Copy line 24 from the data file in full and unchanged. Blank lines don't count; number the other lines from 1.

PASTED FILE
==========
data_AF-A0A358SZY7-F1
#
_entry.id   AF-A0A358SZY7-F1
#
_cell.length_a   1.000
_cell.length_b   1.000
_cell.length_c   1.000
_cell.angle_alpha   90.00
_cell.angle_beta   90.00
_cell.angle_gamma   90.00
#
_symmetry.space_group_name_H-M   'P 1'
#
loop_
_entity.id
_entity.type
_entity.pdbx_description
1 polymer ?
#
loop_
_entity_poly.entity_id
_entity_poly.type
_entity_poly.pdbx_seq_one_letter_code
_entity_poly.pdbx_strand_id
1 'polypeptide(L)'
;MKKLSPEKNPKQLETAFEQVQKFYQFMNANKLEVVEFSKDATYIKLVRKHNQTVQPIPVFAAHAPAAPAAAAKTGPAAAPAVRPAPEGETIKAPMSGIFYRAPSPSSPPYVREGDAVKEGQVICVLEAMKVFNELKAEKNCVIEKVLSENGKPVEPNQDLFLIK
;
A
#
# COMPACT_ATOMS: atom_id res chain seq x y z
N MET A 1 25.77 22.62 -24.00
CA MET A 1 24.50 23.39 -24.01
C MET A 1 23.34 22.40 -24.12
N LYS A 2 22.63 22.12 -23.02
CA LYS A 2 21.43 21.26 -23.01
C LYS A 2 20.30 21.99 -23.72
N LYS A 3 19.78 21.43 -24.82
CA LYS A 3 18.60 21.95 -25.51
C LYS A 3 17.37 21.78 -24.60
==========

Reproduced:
_entity_poly.pdbx_strand_id